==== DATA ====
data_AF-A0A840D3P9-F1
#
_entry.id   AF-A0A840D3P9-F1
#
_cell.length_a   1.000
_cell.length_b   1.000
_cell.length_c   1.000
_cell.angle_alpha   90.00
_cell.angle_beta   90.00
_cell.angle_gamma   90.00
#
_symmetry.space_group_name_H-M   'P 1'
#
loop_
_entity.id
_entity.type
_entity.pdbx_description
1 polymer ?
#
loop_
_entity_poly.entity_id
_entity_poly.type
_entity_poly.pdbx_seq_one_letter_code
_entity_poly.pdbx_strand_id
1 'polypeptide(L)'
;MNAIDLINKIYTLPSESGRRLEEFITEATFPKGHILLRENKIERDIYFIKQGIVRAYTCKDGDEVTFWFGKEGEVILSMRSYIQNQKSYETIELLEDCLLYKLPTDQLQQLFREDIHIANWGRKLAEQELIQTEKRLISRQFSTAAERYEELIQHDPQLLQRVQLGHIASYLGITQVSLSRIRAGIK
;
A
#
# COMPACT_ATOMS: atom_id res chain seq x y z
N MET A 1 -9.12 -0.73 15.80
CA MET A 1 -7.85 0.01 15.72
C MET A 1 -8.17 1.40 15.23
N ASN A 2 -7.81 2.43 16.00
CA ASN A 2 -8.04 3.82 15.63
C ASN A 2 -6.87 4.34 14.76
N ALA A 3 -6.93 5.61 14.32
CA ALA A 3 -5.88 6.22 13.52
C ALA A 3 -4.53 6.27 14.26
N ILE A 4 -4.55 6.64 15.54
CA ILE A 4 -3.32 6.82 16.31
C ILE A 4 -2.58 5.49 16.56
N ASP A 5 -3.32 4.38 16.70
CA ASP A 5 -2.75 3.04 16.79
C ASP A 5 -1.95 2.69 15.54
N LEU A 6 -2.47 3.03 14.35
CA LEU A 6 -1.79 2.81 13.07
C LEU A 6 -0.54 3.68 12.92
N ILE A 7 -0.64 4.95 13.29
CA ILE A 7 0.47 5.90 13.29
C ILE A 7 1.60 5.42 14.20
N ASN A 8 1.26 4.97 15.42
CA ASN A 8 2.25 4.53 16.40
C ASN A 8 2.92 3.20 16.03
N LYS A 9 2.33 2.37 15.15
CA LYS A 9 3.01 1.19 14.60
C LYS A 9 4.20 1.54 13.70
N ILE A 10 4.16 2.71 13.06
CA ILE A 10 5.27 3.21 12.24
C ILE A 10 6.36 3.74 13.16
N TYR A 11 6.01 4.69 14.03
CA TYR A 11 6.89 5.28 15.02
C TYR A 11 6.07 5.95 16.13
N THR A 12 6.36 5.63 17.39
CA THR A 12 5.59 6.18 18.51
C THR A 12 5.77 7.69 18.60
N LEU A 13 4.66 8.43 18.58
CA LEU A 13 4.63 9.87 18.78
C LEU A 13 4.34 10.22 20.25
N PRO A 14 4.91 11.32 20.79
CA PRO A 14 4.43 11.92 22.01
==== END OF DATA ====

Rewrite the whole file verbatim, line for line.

data_AF-A0A840D3P9-F1
#
_entry.id   AF-A0A840D3P9-F1
#
_cell.length_a   1.000
_cell.length_b   1.000
_cell.length_c   1.000
_cell.angle_alpha   90.00
_cell.angle_beta   90.00
_cell.angle_gamma   90.00
#
_symmetry.space_group_name_H-M   'P 1'
#
loop_
_entity.id
_entity.type
_entity.pdbx_description
1 polymer ?
#
loop_
_entity_poly.entity_id
_entity_poly.type
_entity_poly.pdbx_seq_one_letter_code
_entity_poly.pdbx_strand_id
1 'polypeptide(L)'
;MNAIDLINKIYTLPSESGRRLEEFITEATFPKGHILLRENKIERDIYFIKQGIVRAYTCKDGDEVTFWFGKEGEVILSMRSYIQNQKSYETIELLEDCLLYKLPTDQLQQLFREDIHIANWGRKLAEQELIQTEKRLISRQFSTAAERYEELIQHDPQLLQRVQLGHIASYLGITQVSLSRIRAGIK
;
A
#
# COMPACT_ATOMS: atom_id res chain seq x y z
N MET A 1 -9.12 -0.73 15.80
CA MET A 1 -7.85 0.01 15.72
C MET A 1 -8.17 1.40 15.23
N ASN A 2 -7.81 2.43 16.00
CA ASN A 2 -8.04 3.82 15.63
C ASN A 2 -6.87 4.34 14.76
N ALA A 3 -6.93 5.61 14.32
CA ALA A 3 -5.88 6.22 13.52
C ALA A 3 -4.53 6.27 14.26
N ILE A 4 -4.55 6.64 15.54
CA ILE A 4 -3.32 6.82 16.31
C ILE A 4 -2.58 5.49 16.56
N ASP A 5 -3.32 4.38 16.70
CA ASP A 5 -2.75 3.04 16.79
C ASP A 5 -1.95 2.69 15.54
N LEU A 6 -2.47 3.03 14.35
CA LEU A 6 -1.79 2.81 13.07
C LEU A 6 -0.54 3.68 12.92
N ILE A 7 -0.64 4.95 13.29
CA ILE A 7 0.47 5.90 13.29
C ILE A 7 1.60 5.42 14.20
N ASN A 8 1.26 4.97 15.42
CA ASN A 8 2.25 4.53 16.40
C ASN A 8 2.92 3.20 16.03
N LYS A 9 2.33 2.37 15.15
CA LYS A 9 3.01 1.19 14.60
C LYS A 9 4.20 1.54 13.70
N ILE A 10 4.16 2.71 13.06
CA ILE A 10 5.27 3.21 12.24
C ILE A 10 6.36 3.74 13.16
N TYR A 11 6.01 4.69 14.03
CA TYR A 11 6.89 5.28 15.02
C TYR A 11 6.07 5.95 16.13
N THR A 12 6.36 5.63 17.39
CA THR A 12 5.59 6.18 18.51
C THR A 12 5.77 7.69 18.60
N LEU A 13 4.66 8.43 18.58
CA LEU A 13 4.63 9.87 18.78
C LEU A 13 4.34 10.22 20.25
N PRO A 14 4.91 11.32 20.79
CA PRO A 14 4.43 11.92 22.01